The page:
This is barely 50% of what happens in Volume 1. I’m exhausted just thinking about the density of lore and incident in the first volume. Very important details are addressed fleetingly, sometimes in single pages or panels. The dialogue is quite tight and intentionally cryptic. This is not a story to read with your brain in entertainment mode.
Fortunately, the creative team, including scripter Paul Gardner, has provided a detailed recap page between each issue. I think that this shows great self-awareness, but I wonder if it isn’t a Band-Aid for a more systemic story-telling problem. Really, the plot density seems indicative of a story which was originally intended to span more than 3 Volumes total. Maybe it's not fair, but I suspect that most readers don’t want to think so hard just to keep the secondary characters straight. Even the primary characters are not granted many opportunities for complete characterization; I mostly distinguish characters by hair color and clothing style. To be clear, the clothing is incredibly awesome so this should register as only a small complaint.
By the end of Volume 2, plot threads have been trimmed back to a more reasonable scale. The story continues to be a mental exercise, but a plausible conclusion is in sight. The sisters are closing in on pieces of the mysterious Gottfaust stone and the potential of its continuity altering powers have been quite strongly suggested. The younger Grey sisters, a newly introduced Marshall, the Queen, and the Wolf General benefit from additional development. Considering that I was attracted to the title by the female characters, the Wolf General has emerged as a surprise favorite now that I have seen him in action.
The art in Volume 2 and the “Origins” one-shots continues to impress. As the title evolves, the artwork is more consistent overall, but also less exceptional. All of my favorite detail-heavy visuals are still from early in the series. However, the action sequences in Volume 1 suffered from a heavy, static feel. Throughout Volume 2, movement is conveyed much more effectively. As this volume concludes, it’s difficult to tell if the artwork and narrative are more supportive of each other, or if perhaps I have just learned how to read in Carbon Grey language.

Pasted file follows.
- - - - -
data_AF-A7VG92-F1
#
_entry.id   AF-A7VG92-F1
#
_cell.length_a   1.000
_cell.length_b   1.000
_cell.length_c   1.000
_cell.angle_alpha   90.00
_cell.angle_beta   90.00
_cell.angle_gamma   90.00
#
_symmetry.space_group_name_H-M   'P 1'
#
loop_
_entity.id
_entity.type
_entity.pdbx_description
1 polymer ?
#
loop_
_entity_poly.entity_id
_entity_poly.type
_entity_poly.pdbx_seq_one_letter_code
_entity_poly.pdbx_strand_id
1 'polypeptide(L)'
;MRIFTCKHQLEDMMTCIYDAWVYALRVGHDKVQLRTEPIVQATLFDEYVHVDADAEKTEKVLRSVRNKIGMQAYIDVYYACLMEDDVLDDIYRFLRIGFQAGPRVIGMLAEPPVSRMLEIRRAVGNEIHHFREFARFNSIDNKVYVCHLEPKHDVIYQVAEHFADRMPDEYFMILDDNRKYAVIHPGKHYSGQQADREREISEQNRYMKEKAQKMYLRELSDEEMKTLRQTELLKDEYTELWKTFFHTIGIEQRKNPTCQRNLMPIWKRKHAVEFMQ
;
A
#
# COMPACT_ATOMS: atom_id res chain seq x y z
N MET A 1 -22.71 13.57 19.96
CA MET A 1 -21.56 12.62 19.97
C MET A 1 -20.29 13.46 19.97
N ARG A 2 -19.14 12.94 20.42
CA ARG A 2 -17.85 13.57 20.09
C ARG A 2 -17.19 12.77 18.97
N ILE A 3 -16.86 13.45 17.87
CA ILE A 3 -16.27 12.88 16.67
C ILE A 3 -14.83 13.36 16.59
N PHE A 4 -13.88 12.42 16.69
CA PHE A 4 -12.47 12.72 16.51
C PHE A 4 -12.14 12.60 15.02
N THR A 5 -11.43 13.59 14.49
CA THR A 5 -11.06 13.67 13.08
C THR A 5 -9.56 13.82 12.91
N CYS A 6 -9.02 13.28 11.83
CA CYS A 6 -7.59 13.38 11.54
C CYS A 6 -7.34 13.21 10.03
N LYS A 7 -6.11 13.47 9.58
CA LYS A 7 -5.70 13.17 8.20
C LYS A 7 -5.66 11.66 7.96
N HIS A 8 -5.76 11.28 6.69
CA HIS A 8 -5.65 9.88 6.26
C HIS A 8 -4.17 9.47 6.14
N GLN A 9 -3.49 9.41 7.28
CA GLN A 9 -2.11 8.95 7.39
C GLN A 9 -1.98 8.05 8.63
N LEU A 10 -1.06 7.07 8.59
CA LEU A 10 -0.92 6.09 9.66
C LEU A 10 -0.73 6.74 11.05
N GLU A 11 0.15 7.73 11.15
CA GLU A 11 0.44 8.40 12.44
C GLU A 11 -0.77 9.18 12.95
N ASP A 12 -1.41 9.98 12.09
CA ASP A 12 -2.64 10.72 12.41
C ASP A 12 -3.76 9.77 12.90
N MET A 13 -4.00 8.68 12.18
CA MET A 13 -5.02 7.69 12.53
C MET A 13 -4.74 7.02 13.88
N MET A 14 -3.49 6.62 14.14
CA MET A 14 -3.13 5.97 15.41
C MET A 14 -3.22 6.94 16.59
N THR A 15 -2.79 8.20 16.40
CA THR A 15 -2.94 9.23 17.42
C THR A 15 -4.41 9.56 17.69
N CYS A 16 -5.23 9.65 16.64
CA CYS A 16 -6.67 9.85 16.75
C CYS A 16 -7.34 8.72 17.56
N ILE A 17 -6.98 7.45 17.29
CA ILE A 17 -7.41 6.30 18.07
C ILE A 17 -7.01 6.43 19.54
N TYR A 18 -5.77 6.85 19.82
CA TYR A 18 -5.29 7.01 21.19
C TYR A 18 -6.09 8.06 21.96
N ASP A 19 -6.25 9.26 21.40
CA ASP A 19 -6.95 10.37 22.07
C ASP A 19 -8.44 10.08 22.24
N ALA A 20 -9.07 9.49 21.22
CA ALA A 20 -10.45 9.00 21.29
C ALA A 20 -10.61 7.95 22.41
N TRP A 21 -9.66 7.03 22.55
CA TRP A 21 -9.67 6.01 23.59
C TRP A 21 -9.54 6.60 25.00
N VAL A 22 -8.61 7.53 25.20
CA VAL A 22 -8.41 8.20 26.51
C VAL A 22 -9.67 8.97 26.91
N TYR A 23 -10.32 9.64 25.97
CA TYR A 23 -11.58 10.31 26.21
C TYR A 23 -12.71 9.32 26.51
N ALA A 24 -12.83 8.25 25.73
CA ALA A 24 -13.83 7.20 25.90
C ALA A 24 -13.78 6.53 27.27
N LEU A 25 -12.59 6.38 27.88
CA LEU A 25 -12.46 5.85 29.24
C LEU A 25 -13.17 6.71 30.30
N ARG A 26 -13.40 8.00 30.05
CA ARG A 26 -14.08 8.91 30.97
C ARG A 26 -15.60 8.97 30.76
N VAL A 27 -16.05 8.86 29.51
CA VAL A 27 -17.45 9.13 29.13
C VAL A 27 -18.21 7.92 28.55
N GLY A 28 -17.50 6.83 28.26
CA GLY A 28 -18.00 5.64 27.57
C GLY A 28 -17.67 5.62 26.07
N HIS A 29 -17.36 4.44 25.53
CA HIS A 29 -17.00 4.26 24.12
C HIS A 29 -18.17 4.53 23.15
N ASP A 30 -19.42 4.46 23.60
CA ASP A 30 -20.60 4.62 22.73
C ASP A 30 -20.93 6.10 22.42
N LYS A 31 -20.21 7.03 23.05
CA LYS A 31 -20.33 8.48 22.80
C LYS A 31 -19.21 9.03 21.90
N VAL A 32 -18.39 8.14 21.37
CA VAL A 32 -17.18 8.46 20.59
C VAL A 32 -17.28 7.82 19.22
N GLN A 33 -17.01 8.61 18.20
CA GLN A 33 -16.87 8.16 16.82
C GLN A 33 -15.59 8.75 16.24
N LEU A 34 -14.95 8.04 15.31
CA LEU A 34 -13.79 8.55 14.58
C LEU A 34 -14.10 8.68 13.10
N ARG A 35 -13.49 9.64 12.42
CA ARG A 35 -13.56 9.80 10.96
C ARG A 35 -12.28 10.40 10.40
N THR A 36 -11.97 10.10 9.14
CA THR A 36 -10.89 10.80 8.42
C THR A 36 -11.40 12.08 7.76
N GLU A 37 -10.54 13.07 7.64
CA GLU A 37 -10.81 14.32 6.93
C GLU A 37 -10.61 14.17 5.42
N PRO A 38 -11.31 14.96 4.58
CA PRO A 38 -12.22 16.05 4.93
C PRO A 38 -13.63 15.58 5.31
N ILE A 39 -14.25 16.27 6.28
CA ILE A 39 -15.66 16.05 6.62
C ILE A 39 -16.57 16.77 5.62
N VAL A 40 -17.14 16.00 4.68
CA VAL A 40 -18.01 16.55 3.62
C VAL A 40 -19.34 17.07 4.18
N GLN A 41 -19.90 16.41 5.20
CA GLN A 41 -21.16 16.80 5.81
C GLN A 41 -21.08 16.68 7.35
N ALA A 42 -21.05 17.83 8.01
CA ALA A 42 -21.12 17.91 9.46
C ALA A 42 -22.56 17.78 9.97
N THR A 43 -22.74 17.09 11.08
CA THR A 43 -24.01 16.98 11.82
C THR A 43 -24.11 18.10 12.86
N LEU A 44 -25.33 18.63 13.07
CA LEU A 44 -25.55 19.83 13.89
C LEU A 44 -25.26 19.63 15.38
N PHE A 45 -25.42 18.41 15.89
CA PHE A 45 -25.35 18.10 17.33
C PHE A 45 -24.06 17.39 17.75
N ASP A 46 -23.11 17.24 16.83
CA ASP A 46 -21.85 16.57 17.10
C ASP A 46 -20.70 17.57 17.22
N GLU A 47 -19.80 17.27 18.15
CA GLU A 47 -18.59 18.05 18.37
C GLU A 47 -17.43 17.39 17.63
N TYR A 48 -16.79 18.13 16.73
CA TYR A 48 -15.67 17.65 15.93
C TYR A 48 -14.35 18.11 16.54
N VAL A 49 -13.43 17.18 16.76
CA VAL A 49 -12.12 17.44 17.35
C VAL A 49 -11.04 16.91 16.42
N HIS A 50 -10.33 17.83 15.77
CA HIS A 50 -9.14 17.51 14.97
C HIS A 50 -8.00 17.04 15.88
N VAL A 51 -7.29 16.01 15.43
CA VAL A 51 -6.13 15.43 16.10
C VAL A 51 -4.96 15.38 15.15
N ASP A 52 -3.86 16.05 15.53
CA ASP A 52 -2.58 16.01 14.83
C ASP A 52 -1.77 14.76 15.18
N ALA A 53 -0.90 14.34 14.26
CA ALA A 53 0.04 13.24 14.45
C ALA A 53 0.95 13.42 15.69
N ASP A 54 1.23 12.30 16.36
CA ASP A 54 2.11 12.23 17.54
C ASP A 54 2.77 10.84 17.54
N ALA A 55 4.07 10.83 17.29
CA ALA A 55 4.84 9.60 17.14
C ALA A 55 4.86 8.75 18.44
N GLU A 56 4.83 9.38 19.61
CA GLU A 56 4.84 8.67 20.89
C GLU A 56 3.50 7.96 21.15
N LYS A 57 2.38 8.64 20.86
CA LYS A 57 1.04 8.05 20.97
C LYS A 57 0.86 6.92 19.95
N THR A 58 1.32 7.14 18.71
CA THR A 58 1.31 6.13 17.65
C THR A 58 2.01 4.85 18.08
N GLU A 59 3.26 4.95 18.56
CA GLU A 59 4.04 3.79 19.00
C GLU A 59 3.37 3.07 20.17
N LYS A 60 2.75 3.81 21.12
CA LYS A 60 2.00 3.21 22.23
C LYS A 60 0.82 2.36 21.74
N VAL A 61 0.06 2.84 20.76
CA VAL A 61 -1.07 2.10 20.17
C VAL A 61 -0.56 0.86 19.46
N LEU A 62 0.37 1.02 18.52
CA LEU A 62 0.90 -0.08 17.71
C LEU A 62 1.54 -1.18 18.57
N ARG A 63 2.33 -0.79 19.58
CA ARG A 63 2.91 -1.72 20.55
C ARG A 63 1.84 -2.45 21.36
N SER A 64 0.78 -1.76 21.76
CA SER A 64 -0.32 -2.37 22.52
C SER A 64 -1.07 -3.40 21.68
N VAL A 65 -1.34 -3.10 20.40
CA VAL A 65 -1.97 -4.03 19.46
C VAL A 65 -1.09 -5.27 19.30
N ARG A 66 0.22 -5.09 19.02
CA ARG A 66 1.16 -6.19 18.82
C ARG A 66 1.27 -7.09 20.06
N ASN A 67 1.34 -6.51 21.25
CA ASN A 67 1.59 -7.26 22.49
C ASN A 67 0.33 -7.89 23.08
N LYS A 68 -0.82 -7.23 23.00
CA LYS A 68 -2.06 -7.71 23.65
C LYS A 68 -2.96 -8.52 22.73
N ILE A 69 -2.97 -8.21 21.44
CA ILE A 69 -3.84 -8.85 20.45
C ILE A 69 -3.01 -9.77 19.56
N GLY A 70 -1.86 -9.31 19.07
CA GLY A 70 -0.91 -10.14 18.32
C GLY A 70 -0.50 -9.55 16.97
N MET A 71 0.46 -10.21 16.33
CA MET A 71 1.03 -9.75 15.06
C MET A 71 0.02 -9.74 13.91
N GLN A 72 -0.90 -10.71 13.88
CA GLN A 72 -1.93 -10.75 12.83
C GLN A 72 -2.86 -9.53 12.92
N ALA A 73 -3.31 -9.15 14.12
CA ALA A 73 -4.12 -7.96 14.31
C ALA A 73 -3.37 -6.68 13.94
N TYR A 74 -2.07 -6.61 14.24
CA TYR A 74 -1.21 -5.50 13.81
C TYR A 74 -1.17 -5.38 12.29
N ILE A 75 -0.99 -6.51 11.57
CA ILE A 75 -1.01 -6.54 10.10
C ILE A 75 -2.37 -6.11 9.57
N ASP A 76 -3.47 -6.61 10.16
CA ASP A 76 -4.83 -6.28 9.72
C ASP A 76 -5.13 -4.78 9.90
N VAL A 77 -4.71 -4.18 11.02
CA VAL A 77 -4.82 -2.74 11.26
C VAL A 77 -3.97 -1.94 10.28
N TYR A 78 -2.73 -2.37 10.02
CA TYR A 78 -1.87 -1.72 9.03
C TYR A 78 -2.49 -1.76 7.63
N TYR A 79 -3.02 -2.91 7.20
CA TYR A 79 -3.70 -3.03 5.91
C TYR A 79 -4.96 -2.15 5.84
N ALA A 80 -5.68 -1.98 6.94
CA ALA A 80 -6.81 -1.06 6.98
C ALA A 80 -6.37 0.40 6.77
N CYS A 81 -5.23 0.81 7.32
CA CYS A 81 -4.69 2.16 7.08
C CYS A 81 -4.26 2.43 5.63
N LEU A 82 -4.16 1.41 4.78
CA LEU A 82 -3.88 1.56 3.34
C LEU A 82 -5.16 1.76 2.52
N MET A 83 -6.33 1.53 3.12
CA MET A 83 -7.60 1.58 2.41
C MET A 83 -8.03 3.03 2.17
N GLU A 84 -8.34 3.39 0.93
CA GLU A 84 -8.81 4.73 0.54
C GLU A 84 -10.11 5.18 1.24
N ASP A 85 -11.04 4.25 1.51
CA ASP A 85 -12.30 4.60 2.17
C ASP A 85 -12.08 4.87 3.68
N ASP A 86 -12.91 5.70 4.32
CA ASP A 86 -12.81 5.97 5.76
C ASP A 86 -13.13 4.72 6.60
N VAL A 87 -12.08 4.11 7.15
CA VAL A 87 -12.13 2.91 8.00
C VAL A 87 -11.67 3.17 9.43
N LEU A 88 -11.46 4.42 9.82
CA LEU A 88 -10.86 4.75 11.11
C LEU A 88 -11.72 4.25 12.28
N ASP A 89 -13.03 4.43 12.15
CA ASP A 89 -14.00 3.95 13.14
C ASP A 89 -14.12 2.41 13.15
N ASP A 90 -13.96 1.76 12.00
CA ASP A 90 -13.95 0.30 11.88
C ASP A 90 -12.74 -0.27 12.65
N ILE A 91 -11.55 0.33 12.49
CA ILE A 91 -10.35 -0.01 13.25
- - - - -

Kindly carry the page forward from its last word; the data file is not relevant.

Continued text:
The “Origins” one-shots also showcased some different visual styles. Of particular note, the short story, “Marshall & Marshall”, included a style shift executed by Khari Evans, Joffrey Suarez, Bryan Johnston, and Paul Gardner, which complemented the climax perfectly.
Perhaps it's only just that it's not possible for me to write a concise review of Carbon Grey. It’s a testament to the story creators: Hoang Nguyen, with Khari Evans, Mike Kennedy, and scripter Paul Gardner, that they have created something significant enough that it defies encapsulation in an online review. The upcoming trade paperback will combine Volume 2 and some of the “Origins” one-shots developing the characters and back-story in more detail. Consolidating the issues will make Carbon Grey a more enjoyable read. I would highly recommend finding a copy in this format.